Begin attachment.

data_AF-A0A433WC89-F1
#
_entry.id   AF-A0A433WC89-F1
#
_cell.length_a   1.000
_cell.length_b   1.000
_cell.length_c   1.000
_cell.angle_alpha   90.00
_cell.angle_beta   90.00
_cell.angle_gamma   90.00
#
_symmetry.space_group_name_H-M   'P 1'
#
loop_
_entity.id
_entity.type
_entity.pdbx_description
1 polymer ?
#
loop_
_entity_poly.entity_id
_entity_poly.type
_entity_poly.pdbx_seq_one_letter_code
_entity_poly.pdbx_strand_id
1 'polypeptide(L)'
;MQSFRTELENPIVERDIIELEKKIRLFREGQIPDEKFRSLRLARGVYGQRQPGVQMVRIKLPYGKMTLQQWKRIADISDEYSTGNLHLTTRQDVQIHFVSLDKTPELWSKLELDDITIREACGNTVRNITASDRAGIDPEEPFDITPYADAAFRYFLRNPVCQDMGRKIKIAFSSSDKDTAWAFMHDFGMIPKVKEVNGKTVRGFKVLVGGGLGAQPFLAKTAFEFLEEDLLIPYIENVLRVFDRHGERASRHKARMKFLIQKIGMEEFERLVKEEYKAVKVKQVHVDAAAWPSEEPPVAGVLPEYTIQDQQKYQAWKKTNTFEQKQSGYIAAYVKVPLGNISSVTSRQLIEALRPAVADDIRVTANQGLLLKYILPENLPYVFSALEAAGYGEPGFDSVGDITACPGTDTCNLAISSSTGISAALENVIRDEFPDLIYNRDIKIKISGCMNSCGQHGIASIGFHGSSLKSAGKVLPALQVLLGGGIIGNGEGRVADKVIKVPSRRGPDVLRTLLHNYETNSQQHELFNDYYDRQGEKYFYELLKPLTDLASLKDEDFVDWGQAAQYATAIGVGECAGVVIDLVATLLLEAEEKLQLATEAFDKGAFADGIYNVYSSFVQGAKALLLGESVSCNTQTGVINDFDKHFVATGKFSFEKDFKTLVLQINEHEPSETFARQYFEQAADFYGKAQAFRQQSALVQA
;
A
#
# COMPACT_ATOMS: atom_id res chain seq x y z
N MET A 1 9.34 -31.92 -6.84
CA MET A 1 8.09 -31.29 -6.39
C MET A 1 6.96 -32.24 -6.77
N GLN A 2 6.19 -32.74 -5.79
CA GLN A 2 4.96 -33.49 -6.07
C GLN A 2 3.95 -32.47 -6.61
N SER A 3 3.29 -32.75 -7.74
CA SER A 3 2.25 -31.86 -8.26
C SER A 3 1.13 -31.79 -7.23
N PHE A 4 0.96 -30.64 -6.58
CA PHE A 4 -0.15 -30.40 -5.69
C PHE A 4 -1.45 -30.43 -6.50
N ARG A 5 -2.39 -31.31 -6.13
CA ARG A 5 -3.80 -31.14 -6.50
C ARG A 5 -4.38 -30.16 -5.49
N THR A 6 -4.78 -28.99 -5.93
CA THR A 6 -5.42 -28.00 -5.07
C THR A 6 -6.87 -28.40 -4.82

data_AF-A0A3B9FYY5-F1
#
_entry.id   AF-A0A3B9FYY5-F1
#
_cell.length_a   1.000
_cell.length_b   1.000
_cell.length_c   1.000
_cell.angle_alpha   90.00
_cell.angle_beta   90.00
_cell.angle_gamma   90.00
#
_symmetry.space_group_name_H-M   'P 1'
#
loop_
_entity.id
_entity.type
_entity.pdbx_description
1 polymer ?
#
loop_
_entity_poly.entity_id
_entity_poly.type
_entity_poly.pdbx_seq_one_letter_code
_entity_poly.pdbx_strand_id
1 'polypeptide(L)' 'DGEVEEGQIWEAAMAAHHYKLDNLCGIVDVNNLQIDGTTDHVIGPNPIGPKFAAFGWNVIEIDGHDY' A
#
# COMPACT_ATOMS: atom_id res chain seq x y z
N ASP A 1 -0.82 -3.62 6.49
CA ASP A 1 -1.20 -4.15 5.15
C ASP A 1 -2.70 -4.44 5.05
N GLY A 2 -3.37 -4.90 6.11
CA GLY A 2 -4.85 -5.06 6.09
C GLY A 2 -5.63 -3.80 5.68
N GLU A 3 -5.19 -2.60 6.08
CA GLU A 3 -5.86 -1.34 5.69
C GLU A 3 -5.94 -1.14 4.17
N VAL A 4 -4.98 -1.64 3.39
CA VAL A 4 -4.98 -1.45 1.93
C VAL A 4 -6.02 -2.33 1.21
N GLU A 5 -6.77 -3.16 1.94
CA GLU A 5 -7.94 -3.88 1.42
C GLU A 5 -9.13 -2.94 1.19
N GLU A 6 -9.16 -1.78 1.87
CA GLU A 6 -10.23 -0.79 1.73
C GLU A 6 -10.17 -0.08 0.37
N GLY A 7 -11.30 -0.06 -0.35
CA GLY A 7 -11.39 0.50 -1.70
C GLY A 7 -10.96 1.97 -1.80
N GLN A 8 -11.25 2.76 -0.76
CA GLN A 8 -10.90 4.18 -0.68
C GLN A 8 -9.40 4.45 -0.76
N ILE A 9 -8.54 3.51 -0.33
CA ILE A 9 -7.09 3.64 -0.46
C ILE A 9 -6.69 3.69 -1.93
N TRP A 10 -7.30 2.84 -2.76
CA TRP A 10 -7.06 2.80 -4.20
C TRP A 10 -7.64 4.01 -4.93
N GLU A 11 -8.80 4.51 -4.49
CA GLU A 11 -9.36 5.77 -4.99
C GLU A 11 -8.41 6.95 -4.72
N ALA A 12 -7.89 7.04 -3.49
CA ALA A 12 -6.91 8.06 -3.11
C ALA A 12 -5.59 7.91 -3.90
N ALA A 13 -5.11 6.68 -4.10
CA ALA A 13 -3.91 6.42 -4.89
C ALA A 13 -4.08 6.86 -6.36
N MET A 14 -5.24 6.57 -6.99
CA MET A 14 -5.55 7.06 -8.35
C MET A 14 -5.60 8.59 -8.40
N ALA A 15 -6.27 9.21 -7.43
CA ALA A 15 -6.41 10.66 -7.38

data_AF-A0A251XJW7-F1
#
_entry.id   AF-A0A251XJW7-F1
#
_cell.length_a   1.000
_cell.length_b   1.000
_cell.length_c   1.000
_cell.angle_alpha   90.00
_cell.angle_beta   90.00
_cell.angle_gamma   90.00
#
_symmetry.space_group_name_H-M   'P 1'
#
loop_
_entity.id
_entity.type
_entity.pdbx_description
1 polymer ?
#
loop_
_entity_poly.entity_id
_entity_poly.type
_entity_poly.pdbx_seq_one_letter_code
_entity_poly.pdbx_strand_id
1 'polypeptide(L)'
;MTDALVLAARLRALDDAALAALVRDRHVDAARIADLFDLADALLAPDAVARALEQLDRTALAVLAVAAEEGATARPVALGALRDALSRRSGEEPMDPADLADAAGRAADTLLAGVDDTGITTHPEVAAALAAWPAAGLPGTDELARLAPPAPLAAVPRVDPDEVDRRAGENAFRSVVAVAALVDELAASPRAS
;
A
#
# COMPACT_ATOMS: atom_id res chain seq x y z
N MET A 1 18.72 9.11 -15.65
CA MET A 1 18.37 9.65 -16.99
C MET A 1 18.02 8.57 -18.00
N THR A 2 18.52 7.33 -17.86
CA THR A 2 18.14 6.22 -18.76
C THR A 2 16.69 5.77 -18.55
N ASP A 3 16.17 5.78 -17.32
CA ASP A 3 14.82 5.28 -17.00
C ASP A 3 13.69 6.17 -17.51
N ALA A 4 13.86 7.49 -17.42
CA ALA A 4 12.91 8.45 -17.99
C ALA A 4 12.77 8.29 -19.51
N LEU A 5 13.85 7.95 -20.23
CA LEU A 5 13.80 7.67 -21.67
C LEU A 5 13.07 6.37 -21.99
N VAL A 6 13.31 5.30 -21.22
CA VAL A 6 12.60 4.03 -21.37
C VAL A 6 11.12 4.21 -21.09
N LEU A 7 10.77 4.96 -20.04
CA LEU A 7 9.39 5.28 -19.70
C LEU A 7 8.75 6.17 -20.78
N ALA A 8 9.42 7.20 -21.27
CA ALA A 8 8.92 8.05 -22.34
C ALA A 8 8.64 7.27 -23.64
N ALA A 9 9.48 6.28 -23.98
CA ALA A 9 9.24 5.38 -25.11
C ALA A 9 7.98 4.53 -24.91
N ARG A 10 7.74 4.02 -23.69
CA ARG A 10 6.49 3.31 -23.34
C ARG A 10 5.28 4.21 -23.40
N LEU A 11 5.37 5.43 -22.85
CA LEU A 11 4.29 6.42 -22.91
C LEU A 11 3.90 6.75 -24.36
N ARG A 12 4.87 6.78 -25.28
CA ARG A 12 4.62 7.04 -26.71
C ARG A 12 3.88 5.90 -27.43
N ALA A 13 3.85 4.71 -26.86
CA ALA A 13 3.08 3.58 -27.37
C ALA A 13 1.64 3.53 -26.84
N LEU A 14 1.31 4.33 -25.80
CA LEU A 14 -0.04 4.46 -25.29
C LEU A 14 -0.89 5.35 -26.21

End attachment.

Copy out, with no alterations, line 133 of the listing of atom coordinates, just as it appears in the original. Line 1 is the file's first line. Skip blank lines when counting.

loop_